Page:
<script>

        $(document).ready(function () {

            // On the document ready 

            $('input[type=submit]').click(function () {

                // Before the request starts, show the 'Loading message...' 

                $('.result').text('File is being uploaded...');

                event.preventDefault();

                // On the click even, 

                var formData = new FormData($('#form')[0]);

                $.ajax({

                    type: 'POST',

                    processData: false,

                    contentType: false,

                    data: formData,

                    success: function (data) {

                        // The file was uploaded successfully... 

                        $('.result').text('File was uploaded.');

                    },

                    error: function (data) {

                        // there was an error. 

                        $('.result').text('Whoops! There was an error in the request.');

                    }

                });

            });

        });

    </script>

In the preceding code, there is an element where the result is being rendered. That was like this:

<p class="result"></p>

In this element you will be showing the process that is currently going on.

v  First of all, it will show in this paragraph a message that a file is being uploaded.

v  After the upload, the success message will be displayed in the paragraph.

If the file was uploaded, a success note will be shown otherwise an error message will be displayed to the user.

How will a button not submit the form using a POST request? That is overridden by the code, in the second line inside the event handler. event.preventDefault(); in this code line, the default behavior that will be triggered is overridden. Meaning that the page won't be loaded again by a POST request, instead only that code will execute that we want, the Ajax code in the code block.

ASP.NET method to capture and make sure the request has a file

You can use the following code of ASP.NET to ensure the file is attached with the request and then follow on to the saving process and so on. For example this code:

files = Request.Files.Count; 

        if(files > 0) { 

            // Files are sent! 

            for (int i = 0; i < files; i++) { 

               var file = Request.Files[i]; 

                // Got the image... 

               string fileName = Path.GetFileName(file.FileName);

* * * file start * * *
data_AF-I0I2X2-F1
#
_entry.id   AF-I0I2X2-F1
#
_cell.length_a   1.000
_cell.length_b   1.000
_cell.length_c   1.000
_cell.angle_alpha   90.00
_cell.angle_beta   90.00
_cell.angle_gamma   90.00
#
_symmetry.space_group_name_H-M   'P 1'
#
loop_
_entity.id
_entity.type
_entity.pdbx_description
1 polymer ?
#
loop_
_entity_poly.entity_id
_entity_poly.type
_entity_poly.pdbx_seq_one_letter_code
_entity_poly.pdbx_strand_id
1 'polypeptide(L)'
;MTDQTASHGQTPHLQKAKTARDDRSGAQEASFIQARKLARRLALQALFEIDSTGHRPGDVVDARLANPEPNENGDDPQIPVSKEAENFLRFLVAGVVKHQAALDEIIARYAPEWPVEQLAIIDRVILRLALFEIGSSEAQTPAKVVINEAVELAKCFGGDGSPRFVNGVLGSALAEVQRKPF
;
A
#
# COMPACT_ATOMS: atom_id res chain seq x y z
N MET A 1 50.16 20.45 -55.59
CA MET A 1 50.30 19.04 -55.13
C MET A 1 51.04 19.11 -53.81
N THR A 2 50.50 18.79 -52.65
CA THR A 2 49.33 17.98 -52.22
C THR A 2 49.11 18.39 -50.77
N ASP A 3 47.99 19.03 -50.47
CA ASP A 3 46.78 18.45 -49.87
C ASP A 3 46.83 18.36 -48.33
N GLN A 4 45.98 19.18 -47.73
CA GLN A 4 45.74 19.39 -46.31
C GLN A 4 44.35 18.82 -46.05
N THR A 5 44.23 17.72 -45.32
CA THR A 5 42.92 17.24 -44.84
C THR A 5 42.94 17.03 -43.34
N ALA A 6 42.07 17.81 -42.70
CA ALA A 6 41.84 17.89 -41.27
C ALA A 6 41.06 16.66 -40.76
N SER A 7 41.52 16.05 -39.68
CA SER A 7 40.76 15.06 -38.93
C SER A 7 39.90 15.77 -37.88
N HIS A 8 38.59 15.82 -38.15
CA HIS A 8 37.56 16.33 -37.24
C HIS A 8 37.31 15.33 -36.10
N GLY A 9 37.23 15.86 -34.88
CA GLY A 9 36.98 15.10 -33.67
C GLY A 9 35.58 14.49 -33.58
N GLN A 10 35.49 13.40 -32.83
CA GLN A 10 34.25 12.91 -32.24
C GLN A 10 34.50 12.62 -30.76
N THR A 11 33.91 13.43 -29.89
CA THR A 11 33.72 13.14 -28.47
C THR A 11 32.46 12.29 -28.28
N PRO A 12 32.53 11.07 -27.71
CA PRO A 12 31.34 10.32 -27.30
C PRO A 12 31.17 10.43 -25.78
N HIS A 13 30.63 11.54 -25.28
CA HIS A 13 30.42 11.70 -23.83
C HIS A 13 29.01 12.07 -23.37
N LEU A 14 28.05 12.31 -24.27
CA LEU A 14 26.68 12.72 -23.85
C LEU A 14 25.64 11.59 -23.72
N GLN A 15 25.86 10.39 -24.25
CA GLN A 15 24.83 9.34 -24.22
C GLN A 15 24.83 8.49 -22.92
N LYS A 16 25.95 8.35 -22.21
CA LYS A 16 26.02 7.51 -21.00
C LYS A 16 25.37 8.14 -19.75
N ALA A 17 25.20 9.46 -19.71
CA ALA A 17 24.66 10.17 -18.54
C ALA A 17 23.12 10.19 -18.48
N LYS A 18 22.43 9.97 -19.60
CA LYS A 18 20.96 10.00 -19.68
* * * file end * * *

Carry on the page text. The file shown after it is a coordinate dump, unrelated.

// Save the file... 

               file.SaveAs(Server.MapPath("~/" + fileName)); 

            } 

        }

 

The preceding code will work for any image or any file type. There is no validation until now, you can attach your own validations depending on the MIME type or the size of the file that was attached to the request.

Omitting the enctype:

Oh well, I said that after the jQuery code I will explain how you can omit the enctype attribute, or if you even miss writing the enctype the result will be valid to upload the file. When you're using the FormData object to send the data, it causes the form to behave as if the enctype of the form was set to the multipart/form-data (that is required to encode the files and transfer them on HTTP).

That is why, even if you miss this part and are using the FormData, you will see that the images are being uploaded to the server.

Points of Interest:

HTML5 and jQuery are widely used frameworks to upload the files using an Ajax request to the web servers making it easier to control the file types to be uploaded, validating the maximum file size to be uploaded and some other specific validation can be handled easily on the client-side making it easier for the user to do uploading tasks quickly.

FormData is an object that, once used, makes it easy to encode the files and other data as if the form's enctype was set to the multipart/form-data. This is used (and is required) to upload files on the server using HTTP requests.

You can prevent any default method to be executed upon any element or control, using the JavaScript's preventDefault() method


Also check all other articles on HTML 5 here